Heat Safety Tips for Seniors
With summer in full swing, the weather seems to be getting hotter and hotter by the minute, as heat waves tend to be common in many areas. While it can be nice to sit outside and soak up some Vitamin D, it is also important to remember that the heat can be harmful, and even deadly.
This is especially relevant for older adults who are at a higher risk of developing heat-related illnesses. With that being said, there are still ways to enjoy the warm weather without experiencing many heat-related symptoms. In this blog, we will discuss four of these. Continue reading to learn about them all!
1. Drink a lot of water.
Water is not just refreshing when you are outdoors (or even indoors), it is essential to stay hydrated. And when you are in hot climates, you need more water than usual. To help you remember when to drink more water, try having regular water breaks, and always have an extra bottle with you when you are working or exercising.
Also, keep in mind that seniors are more susceptible to dehydration. If you or your loved one are able to, consider also drinking sports drinks which include electrolytes, as excess sweating removes salt and minerals from the body. However, if you or your loved one are on a low-salt diet, have diabetes, high blood pressure, or other chronic or medical conditions, make sure to speak with a doctor prior to drinking a sports drink or consuming salt tablets.
In addition, if you or your loved one are limited to how much fluid you can drink or happen to take water pills, as many other older adults, make sure to ask your doctor how much water you should be drinking when you are in hot weather.
2. Wear sunscreen.
We all know about the importance of sunscreen in its ability to help prevent skin cancer, but did you also know that it can help prevent heat-related illnesses? Sunburn actually affects your body’s ability to cool down, and can make you dehydrated. Try applying a sunscreen of SPF 15 or higher 30 minutes before going out, and reapply as directed. The Centers for Disease Control and Prevention also recommends using sunscreens that say broad-spectrum or UVA/UVB because these are the ones that work best.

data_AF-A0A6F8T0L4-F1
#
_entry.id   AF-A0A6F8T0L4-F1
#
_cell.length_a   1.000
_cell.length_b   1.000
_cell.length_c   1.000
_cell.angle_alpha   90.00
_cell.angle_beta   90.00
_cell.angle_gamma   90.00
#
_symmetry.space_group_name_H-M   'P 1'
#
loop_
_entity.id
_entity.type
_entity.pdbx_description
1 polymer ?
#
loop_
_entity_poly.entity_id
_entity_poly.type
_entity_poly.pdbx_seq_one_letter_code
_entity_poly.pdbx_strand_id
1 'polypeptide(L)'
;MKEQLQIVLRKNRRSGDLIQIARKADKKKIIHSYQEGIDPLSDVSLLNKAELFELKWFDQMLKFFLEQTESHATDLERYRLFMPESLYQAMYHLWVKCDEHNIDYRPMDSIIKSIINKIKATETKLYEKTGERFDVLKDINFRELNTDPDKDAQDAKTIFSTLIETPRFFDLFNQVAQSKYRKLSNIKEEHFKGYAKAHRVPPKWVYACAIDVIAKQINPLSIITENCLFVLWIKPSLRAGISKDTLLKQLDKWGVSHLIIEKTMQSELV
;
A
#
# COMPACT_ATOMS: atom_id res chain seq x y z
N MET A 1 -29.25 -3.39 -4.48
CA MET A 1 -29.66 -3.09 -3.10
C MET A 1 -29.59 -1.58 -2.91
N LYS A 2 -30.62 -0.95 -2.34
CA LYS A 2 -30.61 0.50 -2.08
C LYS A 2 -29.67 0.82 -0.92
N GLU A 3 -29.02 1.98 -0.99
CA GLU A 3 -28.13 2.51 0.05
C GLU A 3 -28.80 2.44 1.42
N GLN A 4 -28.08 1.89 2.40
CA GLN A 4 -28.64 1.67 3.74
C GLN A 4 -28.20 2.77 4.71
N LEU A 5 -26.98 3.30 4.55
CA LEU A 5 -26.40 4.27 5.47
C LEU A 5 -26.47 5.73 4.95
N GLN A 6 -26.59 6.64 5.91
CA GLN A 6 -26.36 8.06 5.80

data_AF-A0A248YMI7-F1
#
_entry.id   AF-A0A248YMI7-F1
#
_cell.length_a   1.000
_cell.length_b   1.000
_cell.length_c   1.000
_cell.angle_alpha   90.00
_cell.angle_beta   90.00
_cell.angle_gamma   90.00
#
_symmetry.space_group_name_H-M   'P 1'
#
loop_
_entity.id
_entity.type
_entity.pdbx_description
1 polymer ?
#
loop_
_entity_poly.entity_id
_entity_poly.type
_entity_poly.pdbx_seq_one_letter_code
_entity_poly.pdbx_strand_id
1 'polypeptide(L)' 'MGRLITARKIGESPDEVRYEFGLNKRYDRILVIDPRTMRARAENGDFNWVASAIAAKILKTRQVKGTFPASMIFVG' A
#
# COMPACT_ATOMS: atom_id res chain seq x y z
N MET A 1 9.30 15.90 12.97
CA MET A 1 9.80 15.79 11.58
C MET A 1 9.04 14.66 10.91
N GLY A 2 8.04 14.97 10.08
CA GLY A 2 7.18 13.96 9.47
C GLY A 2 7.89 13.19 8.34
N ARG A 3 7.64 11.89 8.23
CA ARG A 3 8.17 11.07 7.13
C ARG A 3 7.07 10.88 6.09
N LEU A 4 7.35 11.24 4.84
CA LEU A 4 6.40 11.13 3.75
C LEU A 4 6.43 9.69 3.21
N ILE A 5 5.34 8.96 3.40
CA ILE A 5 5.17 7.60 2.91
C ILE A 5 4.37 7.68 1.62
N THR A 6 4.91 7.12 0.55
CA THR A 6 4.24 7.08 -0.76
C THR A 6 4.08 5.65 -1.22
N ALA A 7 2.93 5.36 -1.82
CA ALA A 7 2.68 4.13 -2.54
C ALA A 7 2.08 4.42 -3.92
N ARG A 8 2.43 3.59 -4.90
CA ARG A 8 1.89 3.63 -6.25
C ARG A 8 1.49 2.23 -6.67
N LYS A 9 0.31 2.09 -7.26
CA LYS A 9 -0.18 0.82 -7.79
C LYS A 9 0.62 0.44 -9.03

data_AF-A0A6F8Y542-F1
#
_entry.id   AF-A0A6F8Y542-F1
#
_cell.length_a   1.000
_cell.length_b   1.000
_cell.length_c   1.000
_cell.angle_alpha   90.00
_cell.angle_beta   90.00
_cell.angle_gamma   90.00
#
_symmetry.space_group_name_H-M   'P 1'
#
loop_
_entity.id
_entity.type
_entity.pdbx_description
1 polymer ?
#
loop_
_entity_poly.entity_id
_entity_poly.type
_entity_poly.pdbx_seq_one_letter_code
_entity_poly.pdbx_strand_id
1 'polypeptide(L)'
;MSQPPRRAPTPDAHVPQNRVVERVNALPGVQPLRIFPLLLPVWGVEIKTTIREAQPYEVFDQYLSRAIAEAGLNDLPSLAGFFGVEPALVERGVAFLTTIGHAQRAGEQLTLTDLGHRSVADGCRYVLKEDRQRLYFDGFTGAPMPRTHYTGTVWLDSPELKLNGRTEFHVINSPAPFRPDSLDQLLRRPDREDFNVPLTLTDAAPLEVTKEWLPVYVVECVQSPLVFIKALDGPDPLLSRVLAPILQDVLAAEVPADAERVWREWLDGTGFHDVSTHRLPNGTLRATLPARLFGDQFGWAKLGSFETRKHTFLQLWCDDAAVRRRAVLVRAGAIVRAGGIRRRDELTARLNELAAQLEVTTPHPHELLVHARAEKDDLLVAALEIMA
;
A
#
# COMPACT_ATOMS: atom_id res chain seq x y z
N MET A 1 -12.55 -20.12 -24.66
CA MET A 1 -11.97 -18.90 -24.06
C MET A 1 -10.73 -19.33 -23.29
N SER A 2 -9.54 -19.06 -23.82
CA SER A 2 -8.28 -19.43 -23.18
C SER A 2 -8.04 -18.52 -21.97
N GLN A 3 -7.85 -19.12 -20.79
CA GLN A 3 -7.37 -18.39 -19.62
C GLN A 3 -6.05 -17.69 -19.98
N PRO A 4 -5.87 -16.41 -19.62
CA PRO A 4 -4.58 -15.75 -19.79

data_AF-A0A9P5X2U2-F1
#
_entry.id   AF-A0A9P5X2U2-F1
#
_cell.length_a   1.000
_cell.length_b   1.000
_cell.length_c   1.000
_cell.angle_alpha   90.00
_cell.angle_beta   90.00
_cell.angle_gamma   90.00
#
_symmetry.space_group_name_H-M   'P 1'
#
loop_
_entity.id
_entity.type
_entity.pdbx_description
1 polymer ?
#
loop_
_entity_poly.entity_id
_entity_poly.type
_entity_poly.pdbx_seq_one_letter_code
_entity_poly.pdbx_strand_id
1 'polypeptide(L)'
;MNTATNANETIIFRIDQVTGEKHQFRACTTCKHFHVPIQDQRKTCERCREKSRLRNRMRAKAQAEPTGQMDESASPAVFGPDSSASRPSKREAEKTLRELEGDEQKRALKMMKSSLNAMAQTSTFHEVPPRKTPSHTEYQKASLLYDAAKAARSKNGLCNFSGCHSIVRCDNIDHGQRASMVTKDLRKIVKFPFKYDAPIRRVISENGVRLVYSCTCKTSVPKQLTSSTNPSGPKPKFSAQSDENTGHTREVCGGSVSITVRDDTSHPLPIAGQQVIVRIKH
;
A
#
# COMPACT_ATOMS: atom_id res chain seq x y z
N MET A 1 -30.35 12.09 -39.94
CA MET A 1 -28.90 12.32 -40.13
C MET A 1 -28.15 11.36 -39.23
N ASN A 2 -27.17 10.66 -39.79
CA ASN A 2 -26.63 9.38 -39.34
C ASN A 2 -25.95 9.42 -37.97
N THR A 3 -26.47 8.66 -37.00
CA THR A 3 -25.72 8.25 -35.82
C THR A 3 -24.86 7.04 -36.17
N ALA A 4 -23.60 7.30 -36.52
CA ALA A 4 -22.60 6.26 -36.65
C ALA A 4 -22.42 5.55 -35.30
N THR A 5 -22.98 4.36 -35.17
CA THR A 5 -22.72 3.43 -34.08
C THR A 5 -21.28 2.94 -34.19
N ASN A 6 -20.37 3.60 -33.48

3. Check for warning signs of heat-related illnesses.
Do not wait until it is too late to notice that either yourself or your loved one is experiencing a heat-related problem. As the Center for Disease Control and Prevention mentions, there are various heat-related illnesses that can occur to individuals. These include: heatstroke, heat exhaustion, heat cramps, sunburn, and heat rash.
For example, people who have heat stroke might experience a body temperature of 103 degrees Fahrenheit or higher, hot, red, dry, or damp skin, a fast, strong pulse, and many more symptoms. In this case, it is suggested that you call 911 immediately, transition the person to a cool area, try to lower the person’s temperature with cool cloths or a cool bath, and make sure that you do not give the individual anything to drink.
On the contrary, people who are experiencing heat exhaustion might experience heavy sweating, cold, pale, and clammy skin, a fast, weak pulse, and other symptoms. In this case, it is suggested that they transition to a cool area, loosen clothing, place cool, wet cloths on the body or take a cool bath, and sip on water. Seek medical attention immediately if they are vomiting, symptoms become worse, or symptoms last for more than one hour.